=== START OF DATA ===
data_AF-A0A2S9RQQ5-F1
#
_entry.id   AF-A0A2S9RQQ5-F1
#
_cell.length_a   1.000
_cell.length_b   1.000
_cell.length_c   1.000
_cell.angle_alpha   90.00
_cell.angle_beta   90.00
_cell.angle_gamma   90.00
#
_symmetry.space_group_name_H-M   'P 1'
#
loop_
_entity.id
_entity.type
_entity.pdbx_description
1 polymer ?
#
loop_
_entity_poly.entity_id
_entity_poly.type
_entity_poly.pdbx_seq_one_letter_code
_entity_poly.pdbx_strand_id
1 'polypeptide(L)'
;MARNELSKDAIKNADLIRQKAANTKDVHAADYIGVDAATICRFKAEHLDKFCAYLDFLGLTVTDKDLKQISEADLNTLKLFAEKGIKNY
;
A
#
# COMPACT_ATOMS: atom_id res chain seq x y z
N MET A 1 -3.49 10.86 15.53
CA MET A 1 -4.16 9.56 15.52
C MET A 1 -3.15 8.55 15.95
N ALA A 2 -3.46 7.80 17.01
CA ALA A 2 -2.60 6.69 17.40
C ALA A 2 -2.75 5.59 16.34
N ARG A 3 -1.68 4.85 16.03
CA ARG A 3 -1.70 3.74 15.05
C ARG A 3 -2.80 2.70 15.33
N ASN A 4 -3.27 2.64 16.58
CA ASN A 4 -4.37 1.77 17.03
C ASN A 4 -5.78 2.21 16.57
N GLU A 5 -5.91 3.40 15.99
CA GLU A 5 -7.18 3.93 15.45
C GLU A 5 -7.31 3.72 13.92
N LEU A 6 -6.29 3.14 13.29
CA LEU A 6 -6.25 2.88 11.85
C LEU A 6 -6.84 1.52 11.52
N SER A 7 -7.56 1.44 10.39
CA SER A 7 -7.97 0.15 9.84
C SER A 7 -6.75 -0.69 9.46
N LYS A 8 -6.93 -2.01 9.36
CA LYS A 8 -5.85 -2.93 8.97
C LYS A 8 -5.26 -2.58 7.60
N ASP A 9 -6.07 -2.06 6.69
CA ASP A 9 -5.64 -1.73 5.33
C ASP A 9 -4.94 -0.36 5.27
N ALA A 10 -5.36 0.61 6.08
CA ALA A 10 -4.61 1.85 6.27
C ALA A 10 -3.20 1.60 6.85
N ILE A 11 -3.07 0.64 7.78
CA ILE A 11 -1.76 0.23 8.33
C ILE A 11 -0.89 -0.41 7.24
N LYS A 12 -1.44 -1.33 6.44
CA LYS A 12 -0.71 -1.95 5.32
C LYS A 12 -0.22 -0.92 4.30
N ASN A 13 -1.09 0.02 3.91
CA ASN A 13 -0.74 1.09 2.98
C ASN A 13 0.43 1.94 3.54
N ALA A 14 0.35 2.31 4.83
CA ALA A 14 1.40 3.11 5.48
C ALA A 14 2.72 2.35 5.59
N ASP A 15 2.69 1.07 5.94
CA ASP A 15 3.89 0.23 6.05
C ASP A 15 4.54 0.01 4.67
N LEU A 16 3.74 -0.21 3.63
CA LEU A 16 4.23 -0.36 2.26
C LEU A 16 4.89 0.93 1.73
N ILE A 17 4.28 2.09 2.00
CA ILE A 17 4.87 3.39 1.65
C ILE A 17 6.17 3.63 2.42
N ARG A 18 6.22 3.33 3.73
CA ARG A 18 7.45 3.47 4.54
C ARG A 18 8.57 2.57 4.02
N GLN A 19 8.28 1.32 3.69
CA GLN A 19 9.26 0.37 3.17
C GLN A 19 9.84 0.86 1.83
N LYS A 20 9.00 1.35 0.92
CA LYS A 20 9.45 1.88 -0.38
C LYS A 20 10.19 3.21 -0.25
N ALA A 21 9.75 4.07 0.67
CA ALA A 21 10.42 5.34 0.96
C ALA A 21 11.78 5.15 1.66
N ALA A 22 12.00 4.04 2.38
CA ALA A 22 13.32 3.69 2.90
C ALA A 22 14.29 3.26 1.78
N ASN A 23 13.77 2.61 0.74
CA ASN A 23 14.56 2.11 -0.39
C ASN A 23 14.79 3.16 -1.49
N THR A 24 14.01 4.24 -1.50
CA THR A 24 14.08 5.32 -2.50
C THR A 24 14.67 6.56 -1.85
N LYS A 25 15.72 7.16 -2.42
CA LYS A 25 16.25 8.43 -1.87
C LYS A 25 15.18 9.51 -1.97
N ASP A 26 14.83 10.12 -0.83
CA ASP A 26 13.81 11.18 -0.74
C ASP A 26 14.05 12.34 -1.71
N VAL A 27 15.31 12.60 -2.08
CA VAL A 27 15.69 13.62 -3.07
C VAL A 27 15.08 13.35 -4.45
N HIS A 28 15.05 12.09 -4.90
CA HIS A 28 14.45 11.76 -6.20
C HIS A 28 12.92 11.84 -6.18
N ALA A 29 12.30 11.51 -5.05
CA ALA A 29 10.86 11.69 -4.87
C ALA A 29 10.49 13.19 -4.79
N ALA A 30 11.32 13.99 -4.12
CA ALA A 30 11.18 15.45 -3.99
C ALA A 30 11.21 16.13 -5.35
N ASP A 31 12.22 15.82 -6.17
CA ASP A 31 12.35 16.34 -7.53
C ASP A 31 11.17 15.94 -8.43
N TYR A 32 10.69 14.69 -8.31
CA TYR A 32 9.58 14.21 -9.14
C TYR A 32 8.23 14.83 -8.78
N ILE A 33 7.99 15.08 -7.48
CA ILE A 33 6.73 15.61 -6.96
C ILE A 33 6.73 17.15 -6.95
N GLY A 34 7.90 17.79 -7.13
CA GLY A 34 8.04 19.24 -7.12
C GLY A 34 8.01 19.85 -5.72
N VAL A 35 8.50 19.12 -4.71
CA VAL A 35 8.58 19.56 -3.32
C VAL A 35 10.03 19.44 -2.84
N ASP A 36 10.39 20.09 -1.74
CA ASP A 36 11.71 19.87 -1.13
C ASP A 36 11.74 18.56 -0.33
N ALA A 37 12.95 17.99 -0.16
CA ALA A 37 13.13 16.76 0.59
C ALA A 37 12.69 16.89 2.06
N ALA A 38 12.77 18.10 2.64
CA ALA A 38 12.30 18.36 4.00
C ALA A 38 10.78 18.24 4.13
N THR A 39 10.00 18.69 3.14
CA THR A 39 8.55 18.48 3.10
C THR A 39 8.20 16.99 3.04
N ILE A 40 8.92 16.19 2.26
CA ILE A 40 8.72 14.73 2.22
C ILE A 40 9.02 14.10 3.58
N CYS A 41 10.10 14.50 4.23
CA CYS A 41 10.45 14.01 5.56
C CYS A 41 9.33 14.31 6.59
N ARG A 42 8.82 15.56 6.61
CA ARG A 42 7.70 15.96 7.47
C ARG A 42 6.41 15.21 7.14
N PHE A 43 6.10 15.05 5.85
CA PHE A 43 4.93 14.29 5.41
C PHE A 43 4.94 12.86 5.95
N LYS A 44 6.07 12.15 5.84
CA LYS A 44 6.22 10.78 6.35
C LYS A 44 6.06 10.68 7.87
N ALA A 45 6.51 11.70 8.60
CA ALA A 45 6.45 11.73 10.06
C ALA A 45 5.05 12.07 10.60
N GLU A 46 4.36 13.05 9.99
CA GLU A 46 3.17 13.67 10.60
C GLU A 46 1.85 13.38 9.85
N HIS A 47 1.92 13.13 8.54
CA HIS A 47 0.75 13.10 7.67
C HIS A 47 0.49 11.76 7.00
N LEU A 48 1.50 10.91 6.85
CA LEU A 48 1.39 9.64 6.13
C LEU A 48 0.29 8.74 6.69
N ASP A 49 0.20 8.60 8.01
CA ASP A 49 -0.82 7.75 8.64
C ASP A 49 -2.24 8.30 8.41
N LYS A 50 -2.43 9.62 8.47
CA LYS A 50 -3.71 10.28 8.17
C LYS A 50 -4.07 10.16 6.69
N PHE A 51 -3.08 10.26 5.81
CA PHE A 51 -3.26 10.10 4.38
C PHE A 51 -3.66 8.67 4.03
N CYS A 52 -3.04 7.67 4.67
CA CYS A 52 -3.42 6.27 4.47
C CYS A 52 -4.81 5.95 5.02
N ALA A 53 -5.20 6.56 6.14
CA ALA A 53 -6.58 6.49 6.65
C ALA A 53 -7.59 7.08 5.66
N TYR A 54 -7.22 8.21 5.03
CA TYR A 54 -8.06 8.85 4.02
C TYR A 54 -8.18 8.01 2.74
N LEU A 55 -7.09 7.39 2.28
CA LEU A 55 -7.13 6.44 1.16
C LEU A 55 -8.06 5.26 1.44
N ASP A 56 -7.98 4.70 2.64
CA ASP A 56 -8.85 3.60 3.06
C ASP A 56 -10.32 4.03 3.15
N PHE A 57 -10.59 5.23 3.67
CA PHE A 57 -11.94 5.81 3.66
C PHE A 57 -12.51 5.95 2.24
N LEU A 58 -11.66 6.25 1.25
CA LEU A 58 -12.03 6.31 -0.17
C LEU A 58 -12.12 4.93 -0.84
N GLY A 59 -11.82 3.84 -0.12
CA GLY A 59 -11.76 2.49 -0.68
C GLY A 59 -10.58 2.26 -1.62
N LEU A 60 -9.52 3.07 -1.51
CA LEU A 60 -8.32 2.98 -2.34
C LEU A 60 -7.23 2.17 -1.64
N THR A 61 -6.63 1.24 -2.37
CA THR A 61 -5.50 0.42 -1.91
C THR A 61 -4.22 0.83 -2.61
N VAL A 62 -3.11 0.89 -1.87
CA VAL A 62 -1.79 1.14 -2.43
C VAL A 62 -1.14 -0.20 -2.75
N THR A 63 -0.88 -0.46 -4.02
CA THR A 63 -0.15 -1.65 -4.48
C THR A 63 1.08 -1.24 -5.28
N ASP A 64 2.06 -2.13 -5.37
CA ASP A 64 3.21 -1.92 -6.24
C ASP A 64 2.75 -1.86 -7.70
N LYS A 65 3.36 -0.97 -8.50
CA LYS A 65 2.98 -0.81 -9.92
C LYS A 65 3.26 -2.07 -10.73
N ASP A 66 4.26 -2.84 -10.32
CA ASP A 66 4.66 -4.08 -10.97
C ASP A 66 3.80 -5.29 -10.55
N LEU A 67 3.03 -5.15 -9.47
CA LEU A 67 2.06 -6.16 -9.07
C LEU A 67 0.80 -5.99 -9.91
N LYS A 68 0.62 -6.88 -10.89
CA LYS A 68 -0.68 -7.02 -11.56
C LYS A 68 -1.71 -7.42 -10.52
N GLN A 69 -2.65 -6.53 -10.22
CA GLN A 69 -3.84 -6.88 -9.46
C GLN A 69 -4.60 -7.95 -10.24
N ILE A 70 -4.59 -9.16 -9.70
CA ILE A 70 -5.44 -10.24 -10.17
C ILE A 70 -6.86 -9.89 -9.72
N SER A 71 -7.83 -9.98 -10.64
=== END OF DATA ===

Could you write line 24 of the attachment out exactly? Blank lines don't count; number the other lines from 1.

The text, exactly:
_entity_poly.pdbx_strand_id